Grate the rinds of lemons to get 1 tablespoon zest.  Squeeze lemons to get 6 tablespoons juice. Whisk all ingredients together until sugar dissolves.  Pour mixture into molds.  Freeze 3 to 4 hours. Makes 8 ice pops.

Summer Sunrise
Color:  two-tone orange and coral

2 cups orange-peach-mango juice
¼ cup corn syrup
3 tablespoons grenadine

Put juice and corn syrup in a bowl. Stir until dissolved. Pour half of the mixture into 8 ice pop molds.  Freeze 1 hour.  Insert sticks.  Freeze until mixture is frozen.  Add grenadine to remaining mixture and pour this into molds.  Freeze 3 hours longer.  Makes 8 pops.

Royal Blueberry
Color:  Purple-blue

1 pint fresh blueberries
8-ounces blueberry yogurt
¼ cup honey
2 tablespoons sugar
¼ cup water

Wash blueberries and put in food processor. Add remaining ingredients and process until very smooth. Pour mixture into ice molds.  Freeze 3 to 4 hours. Makes 8 ice pops.

Tropicali
Color:  light orange with green flecks

12 ounces mango nectar
1 cup cream of coconut
2 large limes

Place nectar and cream of coconut in bowl.  Whisk until smooth.  Grate rind of limes to get 1 tablespoon zest.  Squeeze to get 3 tablespoons juice.  Add zest and juice to mixture.

Stir.  Pour into ice pop molds. Freeze 4 hours.  Makes 8 ice pops.

Strawberry Blast
Color:  bright red

6 ounces strawberry daiquiri mix
12 ounces pineapple juice
3 tablespoons honey
¼ teaspoon rum extract

Place ingredients in a bowl. Whisk until smooth.  Pour mixture into ice pop molds.  Freeze 3 to 4 hours.

Lemon-Buttermilk (“tastes like cheesecake”)
Color: white (with yellow flecks)

2 large lemons
3/4 cup superfine sugar
1-2/3 cups buttermilk
pinch of salt

Grate rind of lemons to get 2 tablespoons zest.  Squeeze lemons to get 5 tablespoons juice.  Put zest and juice in a bowl.  Add sugar and salt. Stir to dissolve. Add buttermilk and stir until smooth. Pour mixture into ice pop molds. Freeze 4 hours. Makes 8 ice pops.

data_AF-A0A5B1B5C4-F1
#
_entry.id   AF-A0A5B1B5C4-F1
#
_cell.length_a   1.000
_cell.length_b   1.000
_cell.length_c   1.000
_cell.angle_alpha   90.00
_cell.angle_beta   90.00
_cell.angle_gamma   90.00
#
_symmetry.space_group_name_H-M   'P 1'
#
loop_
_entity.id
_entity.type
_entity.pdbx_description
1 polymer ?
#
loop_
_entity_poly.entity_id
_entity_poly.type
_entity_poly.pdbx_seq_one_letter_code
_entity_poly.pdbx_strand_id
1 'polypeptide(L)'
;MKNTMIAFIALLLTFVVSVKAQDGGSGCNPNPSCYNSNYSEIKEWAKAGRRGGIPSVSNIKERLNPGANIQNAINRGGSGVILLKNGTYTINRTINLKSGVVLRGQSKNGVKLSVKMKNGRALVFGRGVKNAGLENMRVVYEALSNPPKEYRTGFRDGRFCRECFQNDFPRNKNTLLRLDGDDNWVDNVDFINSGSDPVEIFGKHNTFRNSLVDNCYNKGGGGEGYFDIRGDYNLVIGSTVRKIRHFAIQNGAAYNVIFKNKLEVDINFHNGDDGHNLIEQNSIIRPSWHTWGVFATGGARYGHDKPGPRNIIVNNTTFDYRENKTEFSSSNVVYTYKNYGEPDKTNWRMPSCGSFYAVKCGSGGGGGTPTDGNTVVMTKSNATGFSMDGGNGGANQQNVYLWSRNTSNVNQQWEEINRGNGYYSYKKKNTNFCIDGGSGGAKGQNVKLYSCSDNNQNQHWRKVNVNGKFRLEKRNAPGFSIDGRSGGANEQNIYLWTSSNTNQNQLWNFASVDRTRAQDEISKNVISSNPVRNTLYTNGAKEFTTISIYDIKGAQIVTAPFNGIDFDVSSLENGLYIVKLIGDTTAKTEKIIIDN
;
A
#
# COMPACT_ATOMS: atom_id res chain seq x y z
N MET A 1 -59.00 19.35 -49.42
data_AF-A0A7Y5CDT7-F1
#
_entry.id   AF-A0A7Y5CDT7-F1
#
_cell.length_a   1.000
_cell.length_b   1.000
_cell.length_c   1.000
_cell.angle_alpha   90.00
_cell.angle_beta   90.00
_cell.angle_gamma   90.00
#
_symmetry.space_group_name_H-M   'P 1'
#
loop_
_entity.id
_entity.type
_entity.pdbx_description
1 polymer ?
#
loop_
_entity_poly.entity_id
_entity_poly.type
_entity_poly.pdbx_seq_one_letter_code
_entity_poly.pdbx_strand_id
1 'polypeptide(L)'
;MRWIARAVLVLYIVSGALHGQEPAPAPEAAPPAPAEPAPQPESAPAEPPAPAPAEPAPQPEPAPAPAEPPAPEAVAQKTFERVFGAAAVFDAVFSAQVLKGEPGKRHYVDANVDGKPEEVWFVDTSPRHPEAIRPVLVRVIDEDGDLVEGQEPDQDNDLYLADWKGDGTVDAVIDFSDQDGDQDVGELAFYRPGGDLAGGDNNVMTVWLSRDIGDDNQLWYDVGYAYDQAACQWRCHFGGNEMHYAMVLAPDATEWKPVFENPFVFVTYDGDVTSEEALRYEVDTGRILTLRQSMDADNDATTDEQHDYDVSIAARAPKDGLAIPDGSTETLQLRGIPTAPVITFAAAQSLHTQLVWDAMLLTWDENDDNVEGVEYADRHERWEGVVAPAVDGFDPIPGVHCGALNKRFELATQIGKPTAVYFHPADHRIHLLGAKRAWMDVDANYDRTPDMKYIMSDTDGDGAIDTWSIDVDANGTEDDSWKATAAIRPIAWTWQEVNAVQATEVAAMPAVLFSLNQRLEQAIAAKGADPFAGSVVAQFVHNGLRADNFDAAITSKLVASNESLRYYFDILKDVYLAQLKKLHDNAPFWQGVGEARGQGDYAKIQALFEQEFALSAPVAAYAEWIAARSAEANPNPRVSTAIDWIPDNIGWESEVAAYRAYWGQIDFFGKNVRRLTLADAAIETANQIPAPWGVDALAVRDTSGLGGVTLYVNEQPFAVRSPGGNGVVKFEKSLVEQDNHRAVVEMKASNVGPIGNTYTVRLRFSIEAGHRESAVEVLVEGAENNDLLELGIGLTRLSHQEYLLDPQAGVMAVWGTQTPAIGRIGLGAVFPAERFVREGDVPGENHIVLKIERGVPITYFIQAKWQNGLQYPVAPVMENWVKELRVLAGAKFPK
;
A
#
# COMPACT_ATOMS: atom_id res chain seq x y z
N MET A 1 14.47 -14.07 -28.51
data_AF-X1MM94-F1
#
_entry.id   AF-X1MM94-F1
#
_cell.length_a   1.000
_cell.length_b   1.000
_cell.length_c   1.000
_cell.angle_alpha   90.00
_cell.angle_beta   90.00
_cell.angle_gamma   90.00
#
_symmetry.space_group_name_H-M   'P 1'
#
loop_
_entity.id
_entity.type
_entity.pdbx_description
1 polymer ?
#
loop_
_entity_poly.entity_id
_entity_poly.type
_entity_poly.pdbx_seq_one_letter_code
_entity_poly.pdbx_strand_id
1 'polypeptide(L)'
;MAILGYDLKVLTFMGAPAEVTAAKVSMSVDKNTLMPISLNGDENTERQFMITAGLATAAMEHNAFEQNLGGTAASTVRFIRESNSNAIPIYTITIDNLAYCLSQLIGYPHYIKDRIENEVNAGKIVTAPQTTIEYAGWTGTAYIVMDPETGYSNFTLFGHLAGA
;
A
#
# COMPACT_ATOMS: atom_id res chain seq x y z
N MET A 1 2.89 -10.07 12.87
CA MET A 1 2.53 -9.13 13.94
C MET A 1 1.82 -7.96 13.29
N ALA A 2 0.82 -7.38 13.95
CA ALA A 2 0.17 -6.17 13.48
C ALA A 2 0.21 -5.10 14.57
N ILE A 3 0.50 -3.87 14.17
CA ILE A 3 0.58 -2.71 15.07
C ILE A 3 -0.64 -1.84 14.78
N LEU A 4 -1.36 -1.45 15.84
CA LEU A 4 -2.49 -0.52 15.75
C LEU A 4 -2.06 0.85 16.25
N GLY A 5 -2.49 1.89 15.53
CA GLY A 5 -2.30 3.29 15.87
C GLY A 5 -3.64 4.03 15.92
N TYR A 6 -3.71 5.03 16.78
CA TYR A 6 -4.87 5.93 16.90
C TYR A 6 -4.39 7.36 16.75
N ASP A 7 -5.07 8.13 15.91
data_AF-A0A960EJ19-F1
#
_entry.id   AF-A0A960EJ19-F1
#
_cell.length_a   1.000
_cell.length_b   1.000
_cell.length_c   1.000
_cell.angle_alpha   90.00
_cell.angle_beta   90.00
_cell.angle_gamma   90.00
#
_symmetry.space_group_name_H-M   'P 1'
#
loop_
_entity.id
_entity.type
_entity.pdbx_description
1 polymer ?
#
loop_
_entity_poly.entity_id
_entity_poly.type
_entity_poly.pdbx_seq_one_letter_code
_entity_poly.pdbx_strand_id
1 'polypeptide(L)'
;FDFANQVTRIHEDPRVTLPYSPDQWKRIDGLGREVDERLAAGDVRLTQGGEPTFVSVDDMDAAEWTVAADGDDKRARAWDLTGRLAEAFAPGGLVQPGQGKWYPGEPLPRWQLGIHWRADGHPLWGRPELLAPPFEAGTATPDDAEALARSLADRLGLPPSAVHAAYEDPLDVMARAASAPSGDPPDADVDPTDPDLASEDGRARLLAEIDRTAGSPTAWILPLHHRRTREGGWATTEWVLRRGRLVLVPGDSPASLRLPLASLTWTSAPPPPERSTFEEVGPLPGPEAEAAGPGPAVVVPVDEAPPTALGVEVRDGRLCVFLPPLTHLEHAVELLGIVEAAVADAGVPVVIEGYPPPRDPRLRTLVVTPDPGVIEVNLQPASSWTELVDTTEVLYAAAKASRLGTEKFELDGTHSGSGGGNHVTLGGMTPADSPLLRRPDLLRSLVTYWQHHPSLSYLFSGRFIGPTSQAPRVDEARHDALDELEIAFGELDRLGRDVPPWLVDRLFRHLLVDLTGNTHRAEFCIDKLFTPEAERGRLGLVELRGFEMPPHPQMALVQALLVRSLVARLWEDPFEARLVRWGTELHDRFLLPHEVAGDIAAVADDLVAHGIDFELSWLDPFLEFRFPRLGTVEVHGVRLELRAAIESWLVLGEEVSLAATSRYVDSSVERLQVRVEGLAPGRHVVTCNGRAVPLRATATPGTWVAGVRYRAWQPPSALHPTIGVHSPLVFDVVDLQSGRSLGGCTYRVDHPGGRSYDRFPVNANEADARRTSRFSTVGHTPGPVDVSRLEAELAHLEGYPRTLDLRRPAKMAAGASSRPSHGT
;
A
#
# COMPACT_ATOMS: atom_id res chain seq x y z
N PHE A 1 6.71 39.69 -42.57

Watermelon Lemonade
Color: pale red

2 packed cups finely diced ripe watermelon
6-ounces frozen lemonade concentrate
3 tablespoons superfine sugar
pinch of salt

Place ingredients in bowl of food processor and process until very smooth. Pour mixture into ice pop molds. Freeze 3 to 4 hours.  Makes 8 ice pops.

Honeydew Kiwi
Color:  jade green with little black seeds

2 packed cups finely diced ripe honeydew
2 medium kiwi, peeled and diced
1/2 cup corn syrup
2 tablespoons lime juice

Place ingredients in bowl of food processor and process until very smooth.  Pour mixture into ice pop molds.  Freeze 3 to 4 hours.  Makes 8 ice pops.

Fudgy Ice Pops
Color: chocolate-y brown

8 ounces vanilla yogurt
½ cup corn syrup
2 ounces semi-sweet chocolate, melted
3 tablespoons cocoa powder
½ cup water

Place all ingredients in bowl of food processor and process until very smooth.  Pour mixture into ice pop molds. Freeze 4 hours.  Makes 8 ice pops.

Cranberry “Tea-sicle”
Color: clear dark ruby

2 Red Zinger tea bags
3 tablespoons sugar
6 ounces frozen cranberry concentrate
optional: 1-2 tablespoons red wine

Boil 1-1/2 cups water and put in bowl.  Add tea bags and let steep 5 minutes.  Remove tea bags.  Stir in sugar to dissolve.  Add cranberry concentrate and wine.  Stir.  Pour mixture into ice pop molds.  Freeze 4 hours.  Makes 8 ice pops.